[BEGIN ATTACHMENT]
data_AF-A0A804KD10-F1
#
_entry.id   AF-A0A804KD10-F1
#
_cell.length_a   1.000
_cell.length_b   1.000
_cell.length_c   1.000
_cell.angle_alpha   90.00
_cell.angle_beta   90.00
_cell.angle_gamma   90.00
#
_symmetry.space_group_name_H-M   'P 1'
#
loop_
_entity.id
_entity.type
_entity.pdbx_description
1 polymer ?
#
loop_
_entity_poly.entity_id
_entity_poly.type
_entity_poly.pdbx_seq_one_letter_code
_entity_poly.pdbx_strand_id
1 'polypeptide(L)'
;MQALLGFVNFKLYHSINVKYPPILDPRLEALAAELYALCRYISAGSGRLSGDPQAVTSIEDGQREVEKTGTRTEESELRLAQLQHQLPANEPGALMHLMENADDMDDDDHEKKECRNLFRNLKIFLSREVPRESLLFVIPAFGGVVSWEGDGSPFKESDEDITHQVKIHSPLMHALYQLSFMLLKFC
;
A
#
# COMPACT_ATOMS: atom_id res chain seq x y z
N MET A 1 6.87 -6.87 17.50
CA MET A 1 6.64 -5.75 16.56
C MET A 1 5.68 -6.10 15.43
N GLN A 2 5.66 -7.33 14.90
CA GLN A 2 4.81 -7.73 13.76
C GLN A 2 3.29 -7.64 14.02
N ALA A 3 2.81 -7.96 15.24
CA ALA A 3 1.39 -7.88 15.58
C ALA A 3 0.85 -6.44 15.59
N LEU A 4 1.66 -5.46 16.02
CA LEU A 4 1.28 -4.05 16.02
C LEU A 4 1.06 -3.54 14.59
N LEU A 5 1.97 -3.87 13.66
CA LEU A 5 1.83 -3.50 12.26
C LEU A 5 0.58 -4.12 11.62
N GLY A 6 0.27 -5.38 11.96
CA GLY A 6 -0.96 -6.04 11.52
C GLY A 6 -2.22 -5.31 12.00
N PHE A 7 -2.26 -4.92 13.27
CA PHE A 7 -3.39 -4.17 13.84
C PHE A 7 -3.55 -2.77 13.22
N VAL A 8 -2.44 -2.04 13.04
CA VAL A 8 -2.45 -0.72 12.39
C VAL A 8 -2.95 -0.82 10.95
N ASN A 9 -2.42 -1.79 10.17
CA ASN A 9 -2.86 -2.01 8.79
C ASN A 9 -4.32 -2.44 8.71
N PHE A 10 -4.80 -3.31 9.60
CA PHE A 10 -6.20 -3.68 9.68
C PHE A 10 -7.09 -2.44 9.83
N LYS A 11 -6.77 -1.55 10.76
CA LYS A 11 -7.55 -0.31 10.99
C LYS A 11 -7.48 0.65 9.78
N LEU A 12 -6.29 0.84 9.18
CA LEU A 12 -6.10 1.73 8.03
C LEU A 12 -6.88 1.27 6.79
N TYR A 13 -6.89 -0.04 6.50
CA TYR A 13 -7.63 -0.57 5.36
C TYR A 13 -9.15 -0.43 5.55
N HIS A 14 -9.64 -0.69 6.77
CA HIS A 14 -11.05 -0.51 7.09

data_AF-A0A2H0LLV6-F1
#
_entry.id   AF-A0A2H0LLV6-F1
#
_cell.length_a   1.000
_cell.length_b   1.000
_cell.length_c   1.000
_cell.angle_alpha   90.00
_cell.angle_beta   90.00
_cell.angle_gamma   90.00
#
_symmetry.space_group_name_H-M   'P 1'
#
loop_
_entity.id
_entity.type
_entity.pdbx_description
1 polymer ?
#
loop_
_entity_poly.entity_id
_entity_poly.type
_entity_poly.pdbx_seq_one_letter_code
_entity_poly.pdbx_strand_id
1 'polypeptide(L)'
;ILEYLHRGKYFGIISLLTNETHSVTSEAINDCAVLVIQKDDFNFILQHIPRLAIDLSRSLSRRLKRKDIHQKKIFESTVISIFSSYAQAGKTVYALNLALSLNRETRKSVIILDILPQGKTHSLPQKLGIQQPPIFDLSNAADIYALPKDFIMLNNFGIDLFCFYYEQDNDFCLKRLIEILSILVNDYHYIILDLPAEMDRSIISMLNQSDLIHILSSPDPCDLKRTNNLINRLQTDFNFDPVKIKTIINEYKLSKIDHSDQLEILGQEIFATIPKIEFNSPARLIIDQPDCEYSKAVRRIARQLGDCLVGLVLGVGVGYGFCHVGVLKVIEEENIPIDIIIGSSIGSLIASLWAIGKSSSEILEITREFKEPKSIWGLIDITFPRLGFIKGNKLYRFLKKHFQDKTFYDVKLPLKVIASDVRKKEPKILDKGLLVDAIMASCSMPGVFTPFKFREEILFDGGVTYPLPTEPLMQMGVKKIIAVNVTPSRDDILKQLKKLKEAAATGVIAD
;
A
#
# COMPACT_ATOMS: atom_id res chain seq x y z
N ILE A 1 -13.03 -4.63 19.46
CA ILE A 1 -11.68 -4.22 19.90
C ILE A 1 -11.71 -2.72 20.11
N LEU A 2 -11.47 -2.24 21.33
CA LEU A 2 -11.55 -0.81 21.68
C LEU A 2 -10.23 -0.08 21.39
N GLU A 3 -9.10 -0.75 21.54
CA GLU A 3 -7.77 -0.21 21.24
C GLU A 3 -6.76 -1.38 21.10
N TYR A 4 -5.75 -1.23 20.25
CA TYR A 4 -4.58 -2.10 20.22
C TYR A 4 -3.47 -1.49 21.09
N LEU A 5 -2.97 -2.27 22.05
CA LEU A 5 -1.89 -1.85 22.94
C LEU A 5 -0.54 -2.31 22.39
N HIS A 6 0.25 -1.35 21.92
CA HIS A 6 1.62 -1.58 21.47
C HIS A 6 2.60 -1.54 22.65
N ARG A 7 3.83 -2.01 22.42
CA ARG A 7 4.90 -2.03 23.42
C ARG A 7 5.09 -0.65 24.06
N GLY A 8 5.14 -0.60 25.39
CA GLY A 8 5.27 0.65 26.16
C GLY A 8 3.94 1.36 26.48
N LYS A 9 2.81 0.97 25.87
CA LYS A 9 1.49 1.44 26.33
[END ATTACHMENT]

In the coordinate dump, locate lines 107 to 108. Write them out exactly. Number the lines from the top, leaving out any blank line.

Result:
C LEU A 2 -10.23 -0.08 21.39
N GLU A 3 -9.10 -0.75 21.54